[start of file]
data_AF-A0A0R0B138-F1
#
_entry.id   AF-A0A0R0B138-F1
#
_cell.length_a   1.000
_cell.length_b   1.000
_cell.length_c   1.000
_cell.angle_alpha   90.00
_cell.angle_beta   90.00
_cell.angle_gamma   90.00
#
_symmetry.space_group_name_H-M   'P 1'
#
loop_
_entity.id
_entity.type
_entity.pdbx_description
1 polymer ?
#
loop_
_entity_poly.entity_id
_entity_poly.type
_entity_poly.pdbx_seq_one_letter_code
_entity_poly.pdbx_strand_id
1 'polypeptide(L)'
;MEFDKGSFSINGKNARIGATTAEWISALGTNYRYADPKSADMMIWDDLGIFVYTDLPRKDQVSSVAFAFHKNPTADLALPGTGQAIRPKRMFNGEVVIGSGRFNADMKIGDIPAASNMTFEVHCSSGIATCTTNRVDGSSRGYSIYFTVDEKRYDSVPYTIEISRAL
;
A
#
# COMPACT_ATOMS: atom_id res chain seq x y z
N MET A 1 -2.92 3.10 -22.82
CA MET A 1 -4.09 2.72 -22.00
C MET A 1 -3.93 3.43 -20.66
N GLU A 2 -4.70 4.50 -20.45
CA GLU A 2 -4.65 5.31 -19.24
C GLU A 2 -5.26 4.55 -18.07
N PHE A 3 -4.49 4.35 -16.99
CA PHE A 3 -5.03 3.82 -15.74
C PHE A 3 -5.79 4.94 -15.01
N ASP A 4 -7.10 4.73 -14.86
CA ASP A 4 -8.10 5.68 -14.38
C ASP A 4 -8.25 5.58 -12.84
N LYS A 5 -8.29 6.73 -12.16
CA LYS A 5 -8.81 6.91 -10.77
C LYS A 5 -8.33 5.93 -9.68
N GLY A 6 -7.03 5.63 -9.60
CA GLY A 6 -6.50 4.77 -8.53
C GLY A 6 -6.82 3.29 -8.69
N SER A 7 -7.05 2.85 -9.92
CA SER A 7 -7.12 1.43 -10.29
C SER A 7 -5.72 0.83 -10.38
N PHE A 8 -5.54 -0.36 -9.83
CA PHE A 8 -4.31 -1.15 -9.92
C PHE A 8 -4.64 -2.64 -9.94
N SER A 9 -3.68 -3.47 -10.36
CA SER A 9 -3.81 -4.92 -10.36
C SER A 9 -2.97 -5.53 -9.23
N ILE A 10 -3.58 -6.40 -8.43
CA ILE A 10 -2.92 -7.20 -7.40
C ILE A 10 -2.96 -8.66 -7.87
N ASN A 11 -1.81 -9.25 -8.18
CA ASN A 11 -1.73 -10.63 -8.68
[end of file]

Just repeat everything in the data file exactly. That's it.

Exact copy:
data_AF-A0A0R0B138-F1
#
_entry.id   AF-A0A0R0B138-F1
#
_cell.length_a   1.000
_cell.length_b   1.000
_cell.length_c   1.000
_cell.angle_alpha   90.00
_cell.angle_beta   90.00
_cell.angle_gamma   90.00
#
_symmetry.space_group_name_H-M   'P 1'
#
loop_
_entity.id
_entity.type
_entity.pdbx_description
1 polymer ?
#
loop_
_entity_poly.entity_id
_entity_poly.type
_entity_poly.pdbx_seq_one_letter_code
_entity_poly.pdbx_strand_id
1 'polypeptide(L)'
;MEFDKGSFSINGKNARIGATTAEWISALGTNYRYADPKSADMMIWDDLGIFVYTDLPRKDQVSSVAFAFHKNPTADLALPGTGQAIRPKRMFNGEVVIGSGRFNADMKIGDIPAASNMTFEVHCSSGIATCTTNRVDGSSRGYSIYFTVDEKRYDSVPYTIEISRAL
;
A
#
# COMPACT_ATOMS: atom_id res chain seq x y z
N MET A 1 -2.92 3.10 -22.82
CA MET A 1 -4.09 2.72 -22.00
C MET A 1 -3.93 3.43 -20.66
N GLU A 2 -4.70 4.50 -20.45
CA GLU A 2 -4.65 5.31 -19.24
C GLU A 2 -5.26 4.55 -18.07
N PHE A 3 -4.49 4.35 -16.99
CA PHE A 3 -5.03 3.82 -15.74
C PHE A 3 -5.79 4.94 -15.01
N ASP A 4 -7.10 4.73 -14.86
CA ASP A 4 -8.10 5.68 -14.38
C ASP A 4 -8.25 5.58 -12.84
N LYS A 5 -8.29 6.73 -12.16
CA LYS A 5 -8.81 6.91 -10.77
C LYS A 5 -8.33 5.93 -9.68
N GLY A 6 -7.03 5.63 -9.60
CA GLY A 6 -6.50 4.77 -8.53
C GLY A 6 -6.82 3.29 -8.69
N SER A 7 -7.05 2.85 -9.92
CA SER A 7 -7.12 1.43 -10.29
C SER A 7 -5.72 0.83 -10.38
N PHE A 8 -5.54 -0.36 -9.83
CA PHE A 8 -4.31 -1.15 -9.92
C PHE A 8 -4.64 -2.64 -9.94
N SER A 9 -3.68 -3.47 -10.36
CA SER A 9 -3.81 -4.92 -10.36
C SER A 9 -2.97 -5.53 -9.23
N ILE A 10 -3.58 -6.40 -8.43
CA ILE A 10 -2.92 -7.20 -7.40
C ILE A 10 -2.96 -8.66 -7.87
N ASN A 11 -1.81 -9.25 -8.18
CA ASN A 11 -1.73 -10.63 -8.68